Youngsters interview adults whom they consider good citizens. They share their interviews with the others and reflect on what it means to be a good citizen.
1. Discuss the meaning of good citizenship (e.g., working for the common good, volunteering one’s services to others, protecting the environment, obeying laws and rules, etc.). When they're familiar with this concept, ask each youngster to think of an adult he/she knows who is a good citizen. This person may model good citizenship in his/her personal or professional life.
2. Tell them to interview that person and write down some points this person thinks are important to being a good citizen.
3. Have them practice interviewing each other to familiarize them with the concept. Ask for student volunteers to be interviewed. Give the volunteer an imaginary adult role (e.g., police officer, teacher, judge, volunteer at a homeless shelter, etc.). Suggest that the youngsters ask such questions as:
4. After they've conducted their actual interviews with adults, ask them to share what they learned with the rest of the group. Re-cap your discussion on good citizenship and add any insights revealed by the interviews.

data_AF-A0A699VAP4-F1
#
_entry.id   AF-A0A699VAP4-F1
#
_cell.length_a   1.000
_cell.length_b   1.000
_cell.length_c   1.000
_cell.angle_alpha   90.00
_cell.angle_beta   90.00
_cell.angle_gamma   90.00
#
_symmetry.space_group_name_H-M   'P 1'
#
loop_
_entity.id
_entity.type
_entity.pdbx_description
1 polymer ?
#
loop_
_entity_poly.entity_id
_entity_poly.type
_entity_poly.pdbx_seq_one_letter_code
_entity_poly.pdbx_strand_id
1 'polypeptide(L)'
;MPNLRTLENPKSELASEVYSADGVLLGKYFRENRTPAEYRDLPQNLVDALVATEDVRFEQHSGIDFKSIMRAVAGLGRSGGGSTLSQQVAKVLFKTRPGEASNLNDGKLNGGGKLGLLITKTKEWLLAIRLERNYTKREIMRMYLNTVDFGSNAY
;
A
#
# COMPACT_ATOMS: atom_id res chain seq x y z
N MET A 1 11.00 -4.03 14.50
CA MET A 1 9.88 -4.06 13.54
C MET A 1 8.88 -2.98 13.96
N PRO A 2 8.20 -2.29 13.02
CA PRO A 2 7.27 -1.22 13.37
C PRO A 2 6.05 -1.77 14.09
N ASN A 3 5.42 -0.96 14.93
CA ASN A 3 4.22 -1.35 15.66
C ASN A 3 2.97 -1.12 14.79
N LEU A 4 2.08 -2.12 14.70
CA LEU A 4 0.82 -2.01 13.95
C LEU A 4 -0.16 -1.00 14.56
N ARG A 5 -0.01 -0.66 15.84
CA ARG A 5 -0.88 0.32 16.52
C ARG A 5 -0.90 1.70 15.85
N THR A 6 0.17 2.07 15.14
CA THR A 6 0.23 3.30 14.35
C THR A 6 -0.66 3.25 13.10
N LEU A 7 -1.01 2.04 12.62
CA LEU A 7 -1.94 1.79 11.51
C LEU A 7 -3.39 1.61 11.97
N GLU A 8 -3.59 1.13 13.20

See 100 Ways to Enhance Values and Morality in Schools and Youth Settings by Howard Kirschenbaum (Allyn and Bacon, Boston, MA), 1995.
This lesson is from the Good Ideas book, available for purchase from the CHARACTER COUNTS! online store: http://www.charactercounts.org/materials
Standard 29. Understands the importance of political leadership, public service, and a knowledgeable citizenry in American constitutional democracy.
Level III, Benchmark 7. Understands why knowing about public affairs and the values and principles of American constitutional democracy and communicating that knowledge to others is an important form of participation. Understands the argument that constitutional democracy requires the participation of an attentive, knowledgeable, and competent citizenry.